60 HIRING Even if a test is job-related and justified by business necessity, the employer must make a reasonable accommodation, if needed. For example, upon request, test sites must be accessible to people who have mobility disabilities. The ADA also has a specific requirement for accommodation in testing. Employers cannot subject applicants to medical examinations during the “pre-offer” stage of the selection process. Medical examinations may be required after a job offer is made, provided that the employer requires such examinations or inquiry for all entering employees in a particular job category, not merely individuals with disabilities or those whom the employer believes may have a disability. For example, an examination can be given to all employees in physical labor jobs, but not to employees entering clerical jobs.

61 HIRING A post-offer medical examination may be required, without a showing of business necessity. The employer at the post-offer stage of the employment process may require documentation or verification of the need for reasonable accommodation to perform the essential functions of the position. If, based on a post-offer medical examination, the employer decides to withdraw a job offer and not employ a person, the employer must be able to show that:

62 HIRING The reasons for the exclusion are job-related and consistent with business necessity. Example: A medical examination reveals an impairment that would require the individual’s frequent lengthy absence from work for medical treatment, and the job requires daily availability for the next three months. In this situation, the individual is not able to perform the essential functions of the job, and no accommodation is possible.

63 HIRING The person is being excluded to avoid a “direct threat” to health or safety of the applicant or other employees and that no reasonable accommodation would enable this person to perform the essential job functions without posing a “direct threat” or that such an accommodation would cause undue hardship. The results of a medical examination may not be used to disqualify persons currently able to perform essential job functions because of unsubstantiated speculation about future risk.

64 HIRING Example: An individual who has an abnormal back x-ray may not be disqualified from a job that requires heavy lifting because of the fear that s/he will be more likely to injure her/ his back or cause higher worker’s compensation or health insurance costs. However, where there is documentation that this individual has seriously injured and re-injured his/her back in a similar job, and the back condition has been further aggravated by each injury, and if there is not reasonable accommodation that would eliminate the risk of re-injury or reduce it below the “direct threat” level, an employer would be justified in rejecting an individual for this position.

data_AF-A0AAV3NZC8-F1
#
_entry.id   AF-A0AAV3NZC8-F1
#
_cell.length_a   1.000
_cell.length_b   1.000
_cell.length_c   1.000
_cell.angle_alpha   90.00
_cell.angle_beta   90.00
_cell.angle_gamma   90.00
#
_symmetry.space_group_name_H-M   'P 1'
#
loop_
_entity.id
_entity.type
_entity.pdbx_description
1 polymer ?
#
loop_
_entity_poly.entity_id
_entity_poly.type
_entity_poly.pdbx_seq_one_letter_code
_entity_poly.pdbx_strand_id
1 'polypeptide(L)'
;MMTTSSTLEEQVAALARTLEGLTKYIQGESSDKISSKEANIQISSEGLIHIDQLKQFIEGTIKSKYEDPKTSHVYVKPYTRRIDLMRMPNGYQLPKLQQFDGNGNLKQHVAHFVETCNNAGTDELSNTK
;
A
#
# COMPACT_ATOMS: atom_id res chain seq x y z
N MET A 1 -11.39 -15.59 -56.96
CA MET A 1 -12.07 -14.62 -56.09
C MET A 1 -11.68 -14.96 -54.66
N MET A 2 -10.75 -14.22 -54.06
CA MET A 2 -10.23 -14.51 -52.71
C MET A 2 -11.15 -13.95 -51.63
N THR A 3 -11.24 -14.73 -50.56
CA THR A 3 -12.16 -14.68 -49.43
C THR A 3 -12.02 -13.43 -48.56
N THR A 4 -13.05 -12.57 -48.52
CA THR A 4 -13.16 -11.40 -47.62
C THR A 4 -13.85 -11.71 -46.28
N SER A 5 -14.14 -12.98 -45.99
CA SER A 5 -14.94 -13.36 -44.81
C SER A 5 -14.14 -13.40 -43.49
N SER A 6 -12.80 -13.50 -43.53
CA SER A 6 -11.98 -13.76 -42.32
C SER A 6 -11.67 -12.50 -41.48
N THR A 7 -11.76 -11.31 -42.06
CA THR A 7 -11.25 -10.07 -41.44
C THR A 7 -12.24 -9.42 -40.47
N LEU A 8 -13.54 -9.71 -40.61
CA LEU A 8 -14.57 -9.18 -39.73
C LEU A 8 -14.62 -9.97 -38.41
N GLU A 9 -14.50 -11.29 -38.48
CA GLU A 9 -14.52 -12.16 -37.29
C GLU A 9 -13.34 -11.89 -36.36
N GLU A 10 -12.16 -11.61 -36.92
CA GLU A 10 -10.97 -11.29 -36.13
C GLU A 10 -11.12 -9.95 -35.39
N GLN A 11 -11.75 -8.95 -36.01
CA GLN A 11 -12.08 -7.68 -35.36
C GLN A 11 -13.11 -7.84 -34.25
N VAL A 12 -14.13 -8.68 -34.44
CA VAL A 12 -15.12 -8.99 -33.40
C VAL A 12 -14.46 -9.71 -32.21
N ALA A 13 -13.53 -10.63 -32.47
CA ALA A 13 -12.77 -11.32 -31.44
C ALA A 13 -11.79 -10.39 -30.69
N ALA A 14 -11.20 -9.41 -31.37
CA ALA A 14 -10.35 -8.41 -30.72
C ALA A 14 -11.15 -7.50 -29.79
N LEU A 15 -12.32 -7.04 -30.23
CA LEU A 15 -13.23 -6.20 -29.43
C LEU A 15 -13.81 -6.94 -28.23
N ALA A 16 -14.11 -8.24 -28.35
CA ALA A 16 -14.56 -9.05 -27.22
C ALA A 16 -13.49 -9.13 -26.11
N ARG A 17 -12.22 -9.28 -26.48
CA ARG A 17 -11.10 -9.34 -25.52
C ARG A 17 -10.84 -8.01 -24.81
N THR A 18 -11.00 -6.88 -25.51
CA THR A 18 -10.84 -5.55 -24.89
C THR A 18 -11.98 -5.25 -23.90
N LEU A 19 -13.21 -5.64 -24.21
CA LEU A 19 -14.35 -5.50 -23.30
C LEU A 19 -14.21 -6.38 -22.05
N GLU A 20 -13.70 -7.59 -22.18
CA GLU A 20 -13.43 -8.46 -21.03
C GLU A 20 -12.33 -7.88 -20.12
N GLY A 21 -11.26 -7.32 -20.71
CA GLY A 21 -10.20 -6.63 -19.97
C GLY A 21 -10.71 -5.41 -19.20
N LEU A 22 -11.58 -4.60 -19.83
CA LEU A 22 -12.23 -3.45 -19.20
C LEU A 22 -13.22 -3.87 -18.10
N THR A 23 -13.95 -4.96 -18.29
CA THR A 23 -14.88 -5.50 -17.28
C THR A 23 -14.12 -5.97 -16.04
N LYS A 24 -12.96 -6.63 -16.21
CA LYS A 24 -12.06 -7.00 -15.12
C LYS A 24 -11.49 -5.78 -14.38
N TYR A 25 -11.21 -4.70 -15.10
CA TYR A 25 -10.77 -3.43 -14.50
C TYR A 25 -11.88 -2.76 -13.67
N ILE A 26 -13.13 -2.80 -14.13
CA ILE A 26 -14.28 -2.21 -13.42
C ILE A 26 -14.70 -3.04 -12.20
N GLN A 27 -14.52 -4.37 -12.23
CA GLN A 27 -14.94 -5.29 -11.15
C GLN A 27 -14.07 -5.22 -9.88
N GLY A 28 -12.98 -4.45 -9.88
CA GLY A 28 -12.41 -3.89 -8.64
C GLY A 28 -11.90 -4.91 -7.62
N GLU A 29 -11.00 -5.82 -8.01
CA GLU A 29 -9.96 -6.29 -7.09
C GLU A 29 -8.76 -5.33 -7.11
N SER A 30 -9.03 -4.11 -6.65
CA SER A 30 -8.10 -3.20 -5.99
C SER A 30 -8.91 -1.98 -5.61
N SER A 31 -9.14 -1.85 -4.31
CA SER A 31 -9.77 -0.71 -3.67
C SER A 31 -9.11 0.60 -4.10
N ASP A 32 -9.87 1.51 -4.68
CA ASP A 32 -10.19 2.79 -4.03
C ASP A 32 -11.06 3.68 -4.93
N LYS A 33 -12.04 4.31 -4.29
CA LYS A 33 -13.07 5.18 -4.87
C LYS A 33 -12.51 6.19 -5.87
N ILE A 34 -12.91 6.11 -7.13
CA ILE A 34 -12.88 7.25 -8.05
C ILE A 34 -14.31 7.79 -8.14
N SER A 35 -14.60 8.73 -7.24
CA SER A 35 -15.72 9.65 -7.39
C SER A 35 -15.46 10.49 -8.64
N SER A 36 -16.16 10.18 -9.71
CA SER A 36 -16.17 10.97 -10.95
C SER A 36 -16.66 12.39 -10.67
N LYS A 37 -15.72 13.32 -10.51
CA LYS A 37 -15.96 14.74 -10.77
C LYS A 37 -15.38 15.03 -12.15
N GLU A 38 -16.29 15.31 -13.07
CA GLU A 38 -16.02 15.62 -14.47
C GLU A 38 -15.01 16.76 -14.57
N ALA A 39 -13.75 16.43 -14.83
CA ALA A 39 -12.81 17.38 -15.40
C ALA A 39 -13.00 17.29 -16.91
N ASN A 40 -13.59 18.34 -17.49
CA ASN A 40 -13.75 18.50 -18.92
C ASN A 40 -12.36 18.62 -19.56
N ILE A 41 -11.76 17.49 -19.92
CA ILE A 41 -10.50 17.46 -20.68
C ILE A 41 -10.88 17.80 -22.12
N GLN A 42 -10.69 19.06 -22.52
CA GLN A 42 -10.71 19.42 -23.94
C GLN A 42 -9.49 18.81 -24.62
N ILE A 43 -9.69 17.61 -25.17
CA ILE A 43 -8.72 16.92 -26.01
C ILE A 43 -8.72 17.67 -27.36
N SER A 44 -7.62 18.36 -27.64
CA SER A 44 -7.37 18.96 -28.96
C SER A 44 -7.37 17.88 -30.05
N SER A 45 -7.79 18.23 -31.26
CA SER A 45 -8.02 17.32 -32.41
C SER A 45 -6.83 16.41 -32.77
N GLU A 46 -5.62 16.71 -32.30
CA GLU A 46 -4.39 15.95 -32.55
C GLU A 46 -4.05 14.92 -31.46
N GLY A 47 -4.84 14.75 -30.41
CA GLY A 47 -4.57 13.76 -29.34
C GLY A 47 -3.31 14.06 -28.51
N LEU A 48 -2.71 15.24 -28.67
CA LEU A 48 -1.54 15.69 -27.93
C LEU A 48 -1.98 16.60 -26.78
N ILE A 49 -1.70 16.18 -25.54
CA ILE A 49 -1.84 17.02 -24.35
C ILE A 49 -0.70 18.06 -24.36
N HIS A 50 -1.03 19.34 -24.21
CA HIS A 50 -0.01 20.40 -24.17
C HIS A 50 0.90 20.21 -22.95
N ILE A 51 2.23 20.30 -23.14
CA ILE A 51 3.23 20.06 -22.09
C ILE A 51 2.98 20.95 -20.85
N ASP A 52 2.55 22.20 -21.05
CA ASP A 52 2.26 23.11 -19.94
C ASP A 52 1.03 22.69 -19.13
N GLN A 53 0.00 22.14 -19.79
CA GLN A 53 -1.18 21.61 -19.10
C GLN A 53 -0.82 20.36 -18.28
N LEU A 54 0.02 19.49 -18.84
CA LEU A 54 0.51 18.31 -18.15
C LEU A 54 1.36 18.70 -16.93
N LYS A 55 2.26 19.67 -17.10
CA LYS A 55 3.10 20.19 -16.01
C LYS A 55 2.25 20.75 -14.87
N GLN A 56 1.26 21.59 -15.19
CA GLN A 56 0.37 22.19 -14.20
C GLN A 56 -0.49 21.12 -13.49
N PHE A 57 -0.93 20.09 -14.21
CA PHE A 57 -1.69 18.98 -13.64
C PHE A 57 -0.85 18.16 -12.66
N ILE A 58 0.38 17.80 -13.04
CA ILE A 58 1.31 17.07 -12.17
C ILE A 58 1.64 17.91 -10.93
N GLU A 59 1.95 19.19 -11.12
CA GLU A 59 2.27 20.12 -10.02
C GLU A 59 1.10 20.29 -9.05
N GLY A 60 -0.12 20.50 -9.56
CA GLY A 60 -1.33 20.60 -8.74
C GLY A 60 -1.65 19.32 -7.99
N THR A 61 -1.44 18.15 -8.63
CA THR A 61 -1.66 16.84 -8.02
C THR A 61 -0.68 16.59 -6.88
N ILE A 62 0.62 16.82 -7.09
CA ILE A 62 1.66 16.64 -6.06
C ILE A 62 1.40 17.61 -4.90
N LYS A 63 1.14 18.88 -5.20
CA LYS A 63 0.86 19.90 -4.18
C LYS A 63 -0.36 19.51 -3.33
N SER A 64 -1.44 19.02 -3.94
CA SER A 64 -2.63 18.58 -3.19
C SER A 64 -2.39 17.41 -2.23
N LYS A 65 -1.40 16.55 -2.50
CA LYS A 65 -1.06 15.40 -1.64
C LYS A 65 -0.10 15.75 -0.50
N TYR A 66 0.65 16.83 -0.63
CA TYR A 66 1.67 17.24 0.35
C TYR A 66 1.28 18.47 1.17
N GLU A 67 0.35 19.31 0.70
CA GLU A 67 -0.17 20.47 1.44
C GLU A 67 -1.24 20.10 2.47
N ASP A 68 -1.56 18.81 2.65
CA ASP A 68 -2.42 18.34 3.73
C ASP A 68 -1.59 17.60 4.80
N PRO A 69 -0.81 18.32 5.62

65 HIRING If an employer withdraws a job offer based on a direct threat to the health and safety of the applicants or other employees, it must be prepared to demonstrate: A significant current risk of substantial harm (not a speculative or remote risk); The specific risk must be identified; The risk must be documented by objective medical or other factual evidence regarding the particular individual; Even if a genuine significant risk of substantial harm exists, the employer must consider whether a reasonable accommodation can eliminate or reduce it below the level of a “direct threat.”

66 HIRING Can I Test Applicants for Use of Illegal Drugs?
Non-discriminatory application. As with all other pre- employment screening, an employer should ensure that all applicants are subjected equally to the screening device, whether or not they are members of a “protected class.” However, an alcohol or drug screening test may violate Title VII if it has an adverse impact on members of a “protected group” by disproportionately denying them employment and is not justified by business necessity. Section 104 of the ADA, 42 USC 12214, allows drug testing, and does not protect current users of illegal drugs. It may protect alcoholics who are not currently using alcohol and former or recovering drug addicts.

[Employers should consult the “Uniform Guidelines on Employee Selection Procedures” in Part 1607 of Volume 29 of the Code of Federal Regulations and the 93 “Questions and Answers” to clarify and provide a common interpretation of these Uniform Guideline in Volume 44 of the Federal Register, pages 11996—12009, March 2, 1979 (questions and answers 1—90) and Volume 45 of the Federal Register, pages —39531, May 2, 1980 (questions and answers 91— 93)]. The following discussion highlights important issues discussed in those guides.